Doctor of Philosophy
School of Arts, English and Media
Fraser, Bryce Michael, The combat effectiveness of Australian and American infantry battalions in Papua in 1942-1943, Doctor of Philosophy thesis, School of Arts, English and Media, University of Wollongong, 2013. http://ro.uow.edu.au/theses/3885
The first combat experience of many Australian and American infantry battalions in Papua in 1942-1943 was against the Imperial Japanese Army. It was a contest between recently raised battalions of citizen soldiers and a professional force of two-year conscripts with combat experience. The Allied battalions in Papua were not combat ready when they were first committed. Combat readiness and effectiveness are examined in the three components of Allied infantry in Papua: the Australian Militia, the Australian Imperial Force (AIF) and the American infantry from the US National Guard. Their journey towards combat effectiveness was painful, as they faced superior Japanese fighting power.
Training an infantry battalion for combat has been usually assumed to be a process which takes men through recruit and basic infantry training, then collectively trains them in the combat skills of the battalion‟s tactical groups in a generally agreed amount of time: approximately six months. The battalions committed to combat for the first time in Papua had this amount of time yet they were not combat ready. The purpose of the research was to investigate what was lacking in the preparation for combat in Papua, by comparing the performance of inexperienced battalions from the Australian Militia, the AIF and the American Army with combat experienced battalions from the AIF. Four case studies compared two of the three Allied infantry components in the same first combat experience against the same Japanese force on the same terrain in the same time period and weather conditions.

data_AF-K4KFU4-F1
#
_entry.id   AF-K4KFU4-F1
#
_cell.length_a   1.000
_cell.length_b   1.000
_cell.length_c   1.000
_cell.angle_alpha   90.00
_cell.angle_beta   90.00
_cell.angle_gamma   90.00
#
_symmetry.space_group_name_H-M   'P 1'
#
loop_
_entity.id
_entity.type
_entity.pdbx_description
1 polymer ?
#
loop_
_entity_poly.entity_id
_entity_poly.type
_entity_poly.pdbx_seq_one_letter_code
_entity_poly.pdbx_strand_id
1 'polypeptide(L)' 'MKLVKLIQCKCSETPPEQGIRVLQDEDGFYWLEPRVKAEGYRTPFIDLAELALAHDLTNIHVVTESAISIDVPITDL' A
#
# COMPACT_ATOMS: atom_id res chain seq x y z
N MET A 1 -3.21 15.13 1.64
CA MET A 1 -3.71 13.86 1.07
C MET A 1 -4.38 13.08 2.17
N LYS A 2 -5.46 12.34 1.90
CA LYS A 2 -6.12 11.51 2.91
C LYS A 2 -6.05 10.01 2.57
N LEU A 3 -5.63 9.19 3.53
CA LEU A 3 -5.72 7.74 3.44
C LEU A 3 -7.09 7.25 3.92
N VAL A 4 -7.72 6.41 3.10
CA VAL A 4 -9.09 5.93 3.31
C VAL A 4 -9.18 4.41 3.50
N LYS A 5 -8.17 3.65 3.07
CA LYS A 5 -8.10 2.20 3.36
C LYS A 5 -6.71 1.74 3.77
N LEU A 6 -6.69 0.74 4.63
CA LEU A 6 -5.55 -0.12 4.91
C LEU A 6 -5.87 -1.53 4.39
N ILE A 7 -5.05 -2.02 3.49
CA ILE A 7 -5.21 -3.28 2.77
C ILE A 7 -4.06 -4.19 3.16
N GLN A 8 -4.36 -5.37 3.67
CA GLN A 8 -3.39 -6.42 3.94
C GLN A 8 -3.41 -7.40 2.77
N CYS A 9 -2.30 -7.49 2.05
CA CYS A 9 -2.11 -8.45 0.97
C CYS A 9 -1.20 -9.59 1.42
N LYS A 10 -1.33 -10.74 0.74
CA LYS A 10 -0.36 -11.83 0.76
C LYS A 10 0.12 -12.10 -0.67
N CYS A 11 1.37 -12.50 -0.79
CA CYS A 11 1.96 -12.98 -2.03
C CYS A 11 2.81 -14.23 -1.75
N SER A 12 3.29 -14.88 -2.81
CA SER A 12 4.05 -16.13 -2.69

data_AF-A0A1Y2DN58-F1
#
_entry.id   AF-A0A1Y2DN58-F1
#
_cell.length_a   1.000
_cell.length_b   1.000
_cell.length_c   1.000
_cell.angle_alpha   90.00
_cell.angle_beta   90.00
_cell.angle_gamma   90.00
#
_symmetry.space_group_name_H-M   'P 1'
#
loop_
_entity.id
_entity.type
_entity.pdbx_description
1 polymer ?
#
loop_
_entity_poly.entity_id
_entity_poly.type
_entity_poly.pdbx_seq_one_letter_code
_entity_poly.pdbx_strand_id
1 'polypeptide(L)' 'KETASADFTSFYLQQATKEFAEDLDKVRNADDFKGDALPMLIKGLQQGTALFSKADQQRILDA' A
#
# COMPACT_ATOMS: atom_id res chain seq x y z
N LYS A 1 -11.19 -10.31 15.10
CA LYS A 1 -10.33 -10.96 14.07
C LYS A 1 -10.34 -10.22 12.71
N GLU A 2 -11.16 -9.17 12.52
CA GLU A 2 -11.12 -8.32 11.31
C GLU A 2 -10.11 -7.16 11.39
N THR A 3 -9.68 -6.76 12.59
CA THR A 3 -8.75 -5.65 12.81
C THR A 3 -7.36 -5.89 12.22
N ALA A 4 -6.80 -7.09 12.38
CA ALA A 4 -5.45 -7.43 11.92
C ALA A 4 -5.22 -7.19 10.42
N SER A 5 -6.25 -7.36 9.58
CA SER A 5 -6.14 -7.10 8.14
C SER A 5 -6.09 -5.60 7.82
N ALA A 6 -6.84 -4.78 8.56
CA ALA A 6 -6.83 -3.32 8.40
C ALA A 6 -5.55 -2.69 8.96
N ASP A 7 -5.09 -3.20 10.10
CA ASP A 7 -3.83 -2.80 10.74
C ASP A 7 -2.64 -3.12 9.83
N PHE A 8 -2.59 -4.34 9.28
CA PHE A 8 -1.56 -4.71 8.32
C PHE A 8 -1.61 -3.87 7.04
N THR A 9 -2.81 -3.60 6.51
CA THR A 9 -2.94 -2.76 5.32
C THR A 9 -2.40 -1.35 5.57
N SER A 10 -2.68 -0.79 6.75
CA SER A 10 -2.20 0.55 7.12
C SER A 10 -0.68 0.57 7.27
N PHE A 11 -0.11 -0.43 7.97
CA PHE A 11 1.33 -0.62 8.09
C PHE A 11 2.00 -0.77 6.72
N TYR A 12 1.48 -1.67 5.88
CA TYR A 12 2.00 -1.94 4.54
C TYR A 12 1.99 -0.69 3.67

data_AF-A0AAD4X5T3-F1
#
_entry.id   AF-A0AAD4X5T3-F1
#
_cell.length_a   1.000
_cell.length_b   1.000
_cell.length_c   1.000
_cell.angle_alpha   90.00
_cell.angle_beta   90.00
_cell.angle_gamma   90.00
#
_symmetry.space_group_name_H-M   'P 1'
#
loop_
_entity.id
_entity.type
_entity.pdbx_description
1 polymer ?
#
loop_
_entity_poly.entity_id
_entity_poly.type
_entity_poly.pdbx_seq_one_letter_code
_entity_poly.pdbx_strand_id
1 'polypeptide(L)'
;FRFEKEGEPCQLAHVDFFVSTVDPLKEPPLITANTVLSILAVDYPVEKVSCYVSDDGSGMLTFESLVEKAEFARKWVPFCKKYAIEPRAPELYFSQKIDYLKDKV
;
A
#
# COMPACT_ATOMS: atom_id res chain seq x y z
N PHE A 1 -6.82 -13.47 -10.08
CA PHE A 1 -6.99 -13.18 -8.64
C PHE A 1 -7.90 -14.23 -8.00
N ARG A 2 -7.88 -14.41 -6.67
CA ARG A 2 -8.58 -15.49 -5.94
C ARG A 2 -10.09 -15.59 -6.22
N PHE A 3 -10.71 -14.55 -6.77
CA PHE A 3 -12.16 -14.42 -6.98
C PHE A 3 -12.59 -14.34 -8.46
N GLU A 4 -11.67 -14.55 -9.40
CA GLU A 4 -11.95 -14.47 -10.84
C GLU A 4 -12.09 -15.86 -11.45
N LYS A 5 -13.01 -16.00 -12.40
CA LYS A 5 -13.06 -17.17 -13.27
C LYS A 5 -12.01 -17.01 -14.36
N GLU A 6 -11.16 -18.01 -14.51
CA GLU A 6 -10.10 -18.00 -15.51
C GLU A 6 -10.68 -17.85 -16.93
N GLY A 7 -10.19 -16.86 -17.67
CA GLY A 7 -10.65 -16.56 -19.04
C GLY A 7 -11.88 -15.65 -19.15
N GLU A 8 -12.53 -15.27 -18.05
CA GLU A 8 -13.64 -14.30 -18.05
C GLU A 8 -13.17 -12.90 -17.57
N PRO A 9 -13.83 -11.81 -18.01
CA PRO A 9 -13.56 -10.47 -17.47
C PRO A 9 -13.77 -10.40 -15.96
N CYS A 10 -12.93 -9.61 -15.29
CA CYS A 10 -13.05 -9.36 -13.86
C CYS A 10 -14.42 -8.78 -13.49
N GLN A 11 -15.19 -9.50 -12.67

The thesis argues that combat effectiveness depended on creating primary groups with fighting spirit suited to close combat in very difficult terrain, but this was neglected. Such primary groups existed where the organisational culture of a battalion fostered cohesive social structures in its primary groups and supported them with a cohesive secondary group. To achieve this before first combat the primary groups must rigorously train under their own leaders in physical circumstances which would be suited to the close country conditions encountered in Papua. Although there was time to achieve combat readiness, training at primary group level was neglected.
The Papuan campaign offers a rare opportunity. It was a campaign where American and Australian battalions were involved in the same episodes within the command of the brigades of the 7th Australian Division. From 1943, Americans would fight separately from the Australian army, and the Australian army did not mix AIF and Militia battalions in the same episodes of first combat as they had in Papua.
Some explanations that have been offered for the lack of combat effectiveness of the Militia and American battalions have been that the Australian Militia contained conscripts who, for that reason, lacked fighting spirit. Other explanations betrayed an anti-American chauvinism. In contrast, it has been assumed that the combat experienced battalions of the Australian Imperial Force were combat effective. This was not invariably true and this thesis argues that combat effectiveness is unstable because primary group cohesion and secondary group cohesion move in different directions during combat.